Editor's Note: This is part of a series written by CIOs discussing their thought processes and lessons learned from major events in their tenures as CIO. Check back tomorrow for a companion post.
There had been a quiet but intense political power struggle going on that year. We all knew the CEO was going to retire in a year or two, and the issue at stake was to determine who would replace him.
In the politics of deciding who would be the next CEO there was one contender who openly supported IT and advocated for new investments in our systems infrastructure. The other major contender advocated continuing to cut IT budgets. This would be made possible by eliminating all new development work and scaling back on systems already in place. IT would go into a strict maintenance mode and nothing else. At the same time though, business needs were changing rapidly and sales volumes and revenues were increasing. I backed the contender who was in favor of spending more money on IT.
I had been cutting the IT budget each year for the last several years. On one hand it had helped me learn to be ever more resourceful and agile, and get things done quickly and simply. We had some notable project successes that year. But I also felt we were getting to the point where the budget cuts had to stop. I honestly could not continue to tell the board of directors or shareholders that the IT budget was adequate to support our business needs.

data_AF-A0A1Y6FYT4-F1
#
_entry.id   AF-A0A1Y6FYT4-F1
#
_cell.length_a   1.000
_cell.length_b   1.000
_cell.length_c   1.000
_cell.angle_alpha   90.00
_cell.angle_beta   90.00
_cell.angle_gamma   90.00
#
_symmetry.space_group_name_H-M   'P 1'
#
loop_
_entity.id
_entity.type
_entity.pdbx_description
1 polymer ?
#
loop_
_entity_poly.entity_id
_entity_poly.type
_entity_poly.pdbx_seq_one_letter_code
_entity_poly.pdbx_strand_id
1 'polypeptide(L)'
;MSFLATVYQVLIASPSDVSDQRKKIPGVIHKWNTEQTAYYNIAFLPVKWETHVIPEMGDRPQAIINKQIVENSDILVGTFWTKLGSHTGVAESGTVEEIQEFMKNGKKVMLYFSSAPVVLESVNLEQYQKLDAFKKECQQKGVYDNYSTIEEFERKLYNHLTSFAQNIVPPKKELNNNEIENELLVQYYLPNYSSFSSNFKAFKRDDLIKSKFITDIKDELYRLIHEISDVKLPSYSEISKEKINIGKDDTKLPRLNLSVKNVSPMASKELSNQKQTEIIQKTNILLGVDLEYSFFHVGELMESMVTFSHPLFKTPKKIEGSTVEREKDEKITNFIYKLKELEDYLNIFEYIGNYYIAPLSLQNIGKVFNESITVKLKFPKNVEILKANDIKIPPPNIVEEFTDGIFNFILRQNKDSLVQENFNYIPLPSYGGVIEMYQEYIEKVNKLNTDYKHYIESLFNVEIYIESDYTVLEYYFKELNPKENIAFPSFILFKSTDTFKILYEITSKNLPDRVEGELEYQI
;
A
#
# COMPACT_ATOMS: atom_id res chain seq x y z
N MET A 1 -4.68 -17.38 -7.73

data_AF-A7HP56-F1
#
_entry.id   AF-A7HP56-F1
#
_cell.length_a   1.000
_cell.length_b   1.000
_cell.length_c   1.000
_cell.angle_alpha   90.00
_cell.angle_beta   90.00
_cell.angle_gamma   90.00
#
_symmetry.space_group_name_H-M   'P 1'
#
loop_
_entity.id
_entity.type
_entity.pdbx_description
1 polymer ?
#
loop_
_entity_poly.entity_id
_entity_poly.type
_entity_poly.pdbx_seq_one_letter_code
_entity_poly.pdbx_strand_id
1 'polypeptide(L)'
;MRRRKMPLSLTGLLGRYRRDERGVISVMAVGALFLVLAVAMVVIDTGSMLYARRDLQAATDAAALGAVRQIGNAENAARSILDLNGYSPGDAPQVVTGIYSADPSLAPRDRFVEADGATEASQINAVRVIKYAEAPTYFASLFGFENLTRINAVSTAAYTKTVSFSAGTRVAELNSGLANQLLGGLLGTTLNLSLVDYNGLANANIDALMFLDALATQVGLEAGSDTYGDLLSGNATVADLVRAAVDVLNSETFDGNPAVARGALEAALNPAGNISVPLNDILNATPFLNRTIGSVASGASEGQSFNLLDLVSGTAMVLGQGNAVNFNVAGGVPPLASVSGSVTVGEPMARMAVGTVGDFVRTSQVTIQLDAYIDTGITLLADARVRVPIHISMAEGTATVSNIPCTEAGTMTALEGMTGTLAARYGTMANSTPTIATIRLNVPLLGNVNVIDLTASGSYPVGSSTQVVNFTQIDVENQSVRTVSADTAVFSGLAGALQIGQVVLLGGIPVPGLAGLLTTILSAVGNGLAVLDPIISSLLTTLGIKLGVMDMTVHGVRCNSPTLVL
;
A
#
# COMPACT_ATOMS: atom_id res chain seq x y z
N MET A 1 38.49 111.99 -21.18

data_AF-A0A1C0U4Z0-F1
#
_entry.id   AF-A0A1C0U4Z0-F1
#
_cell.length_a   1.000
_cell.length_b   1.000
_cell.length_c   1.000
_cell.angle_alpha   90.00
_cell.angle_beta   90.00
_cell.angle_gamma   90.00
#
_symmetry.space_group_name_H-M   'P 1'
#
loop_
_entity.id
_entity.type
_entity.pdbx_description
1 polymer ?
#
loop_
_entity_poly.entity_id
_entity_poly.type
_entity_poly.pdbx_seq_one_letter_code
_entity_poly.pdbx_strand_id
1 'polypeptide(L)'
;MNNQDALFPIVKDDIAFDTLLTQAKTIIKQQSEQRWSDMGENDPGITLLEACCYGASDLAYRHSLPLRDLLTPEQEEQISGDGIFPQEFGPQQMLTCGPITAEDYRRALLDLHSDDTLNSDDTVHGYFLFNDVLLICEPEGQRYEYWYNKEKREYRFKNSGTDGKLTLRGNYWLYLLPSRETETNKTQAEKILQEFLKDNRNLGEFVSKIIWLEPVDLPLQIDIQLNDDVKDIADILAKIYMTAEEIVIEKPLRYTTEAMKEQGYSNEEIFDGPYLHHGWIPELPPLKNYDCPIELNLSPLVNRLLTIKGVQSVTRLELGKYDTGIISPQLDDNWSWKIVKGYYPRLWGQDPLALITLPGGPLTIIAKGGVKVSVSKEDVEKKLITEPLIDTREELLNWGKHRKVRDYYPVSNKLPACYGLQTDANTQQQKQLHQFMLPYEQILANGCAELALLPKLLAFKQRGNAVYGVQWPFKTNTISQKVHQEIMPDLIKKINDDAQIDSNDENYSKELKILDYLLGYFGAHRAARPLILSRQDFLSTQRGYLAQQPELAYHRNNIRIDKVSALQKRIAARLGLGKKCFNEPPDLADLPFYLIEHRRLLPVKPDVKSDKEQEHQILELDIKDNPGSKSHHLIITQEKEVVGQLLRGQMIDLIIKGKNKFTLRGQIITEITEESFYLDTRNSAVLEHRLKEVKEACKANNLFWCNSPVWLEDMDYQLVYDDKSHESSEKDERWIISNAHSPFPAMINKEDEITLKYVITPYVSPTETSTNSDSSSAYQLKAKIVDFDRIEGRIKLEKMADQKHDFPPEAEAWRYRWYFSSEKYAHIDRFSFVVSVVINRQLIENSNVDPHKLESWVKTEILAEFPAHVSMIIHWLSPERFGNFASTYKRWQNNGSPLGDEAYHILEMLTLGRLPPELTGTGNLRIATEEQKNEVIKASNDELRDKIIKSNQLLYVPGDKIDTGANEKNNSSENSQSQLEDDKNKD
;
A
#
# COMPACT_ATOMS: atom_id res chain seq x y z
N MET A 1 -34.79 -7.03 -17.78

There had been some awkward moments that year when big customers and important prospects had asked about our IT capabilities. I was unable to give the answers they wanted to hear, so I dodged the questions and passed them off to other executives on the business side of the house. They were no more comfortable than I was in providing the expected answers.
I put together a budget for the following year that showed selected increases in IT spending and development work in order to provide the systems infrastructure I felt we needed. At the request of several board members I sent them copies of my proposed budget. I had approval to circulate my budget to certain people. The political process of selecting the next CEO was coming to a close, and I did what I could to help my preferred candidate.
Yet, I just didn’t see a way forward if the other candidate came to power. At senior levels there is a strong need to be part of the management team and be a team player. That means showing a united front to customers, staff, and everyone else. It means supporting company plans and policies and doing so in public. If the plans were to continue cutting the IT budget, then I knew I had no place on that management team.
From time to time there are points where I have to assess what I believe in and what I am prepared to say and do. I need to figure out where the danger zone is and be careful about crossing into it. When I see serious risks to myself and to the company resulting from certain courses of action, I find it impossible to remain silent for long.
There was a scheduled meeting where I was to officially present and explain my budget. At the last minute that meeting was canceled, and the next morning a new meeting was suddenly scheduled. I saw it when I checked my calendar. It was accompanied by a note asking me to come alone.
I sensed I was about to find out something important. Come back tomorrow to find out what I learned and whether I had read the politial tea leaves correctly.